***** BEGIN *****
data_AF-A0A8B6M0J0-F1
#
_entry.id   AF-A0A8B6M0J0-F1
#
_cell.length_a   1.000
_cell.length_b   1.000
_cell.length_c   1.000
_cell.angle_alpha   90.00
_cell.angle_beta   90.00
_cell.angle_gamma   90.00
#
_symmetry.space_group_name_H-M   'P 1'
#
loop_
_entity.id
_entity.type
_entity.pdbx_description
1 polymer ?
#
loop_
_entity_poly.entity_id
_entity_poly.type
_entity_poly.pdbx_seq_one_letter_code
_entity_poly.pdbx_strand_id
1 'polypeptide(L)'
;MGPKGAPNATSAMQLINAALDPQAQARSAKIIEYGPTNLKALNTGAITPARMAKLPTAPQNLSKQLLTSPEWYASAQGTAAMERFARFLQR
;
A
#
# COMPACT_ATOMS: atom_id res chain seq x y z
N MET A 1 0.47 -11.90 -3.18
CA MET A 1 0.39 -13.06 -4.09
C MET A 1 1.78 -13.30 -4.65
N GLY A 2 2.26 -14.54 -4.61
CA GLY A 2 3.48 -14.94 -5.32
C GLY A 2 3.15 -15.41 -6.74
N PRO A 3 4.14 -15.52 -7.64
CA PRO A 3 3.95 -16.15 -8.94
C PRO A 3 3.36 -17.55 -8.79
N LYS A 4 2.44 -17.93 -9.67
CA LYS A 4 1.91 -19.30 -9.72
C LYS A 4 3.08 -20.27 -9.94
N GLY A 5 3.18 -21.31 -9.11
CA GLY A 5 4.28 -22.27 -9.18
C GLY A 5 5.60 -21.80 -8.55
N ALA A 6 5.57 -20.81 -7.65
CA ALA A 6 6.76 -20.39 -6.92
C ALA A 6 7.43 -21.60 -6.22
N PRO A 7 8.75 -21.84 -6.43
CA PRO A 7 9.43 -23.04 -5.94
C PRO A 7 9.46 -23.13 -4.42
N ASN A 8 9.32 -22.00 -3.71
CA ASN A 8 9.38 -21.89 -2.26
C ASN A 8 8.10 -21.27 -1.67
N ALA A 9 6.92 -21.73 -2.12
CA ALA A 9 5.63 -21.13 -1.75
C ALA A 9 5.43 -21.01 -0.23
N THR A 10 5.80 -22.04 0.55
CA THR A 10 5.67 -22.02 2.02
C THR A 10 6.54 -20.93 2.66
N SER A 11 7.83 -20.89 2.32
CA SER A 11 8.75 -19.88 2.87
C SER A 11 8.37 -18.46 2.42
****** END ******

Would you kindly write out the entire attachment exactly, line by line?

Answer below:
data_AF-A0A8B6M0J0-F1
#
_entry.id   AF-A0A8B6M0J0-F1
#
_cell.length_a   1.000
_cell.length_b   1.000
_cell.length_c   1.000
_cell.angle_alpha   90.00
_cell.angle_beta   90.00
_cell.angle_gamma   90.00
#
_symmetry.space_group_name_H-M   'P 1'
#
loop_
_entity.id
_entity.type
_entity.pdbx_description
1 polymer ?
#
loop_
_entity_poly.entity_id
_entity_poly.type
_entity_poly.pdbx_seq_one_letter_code
_entity_poly.pdbx_strand_id
1 'polypeptide(L)'
;MGPKGAPNATSAMQLINAALDPQAQARSAKIIEYGPTNLKALNTGAITPARMAKLPTAPQNLSKQLLTSPEWYASAQGTAAMERFARFLQR
;
A
#
# COMPACT_ATOMS: atom_id res chain seq x y z
N MET A 1 0.47 -11.90 -3.18
CA MET A 1 0.39 -13.06 -4.09
C MET A 1 1.78 -13.30 -4.65
N GLY A 2 2.26 -14.54 -4.61
CA GLY A 2 3.48 -14.94 -5.32
C GLY A 2 3.15 -15.41 -6.74
N PRO A 3 4.14 -15.52 -7.64
CA PRO A 3 3.95 -16.15 -8.94
C PRO A 3 3.36 -17.55 -8.79
N LYS A 4 2.44 -17.93 -9.67
CA LYS A 4 1.91 -19.30 -9.72
C LYS A 4 3.08 -20.27 -9.94
N GLY A 5 3.18 -21.31 -9.11
CA GLY A 5 4.28 -22.27 -9.18
C GLY A 5 5.60 -21.80 -8.55
N ALA A 6 5.57 -20.81 -7.65
CA ALA A 6 6.76 -20.39 -6.92
C ALA A 6 7.43 -21.60 -6.22
N PRO A 7 8.75 -21.84 -6.43
CA PRO A 7 9.43 -23.04 -5.94
C PRO A 7 9.46 -23.13 -4.42
N ASN A 8 9.32 -22.00 -3.71
CA ASN A 8 9.38 -21.89 -2.26
C ASN A 8 8.10 -21.27 -1.67
N ALA A 9 6.92 -21.73 -2.12
CA ALA A 9 5.63 -21.13 -1.75
C ALA A 9 5.43 -21.01 -0.23
N THR A 10 5.80 -22.04 0.55
CA THR A 10 5.67 -22.02 2.02
C THR A 10 6.54 -20.93 2.66
N SER A 11 7.83 -20.89 2.32
CA SER A 11 8.75 -19.88 2.87
C SER A 11 8.37 -18.46 2.42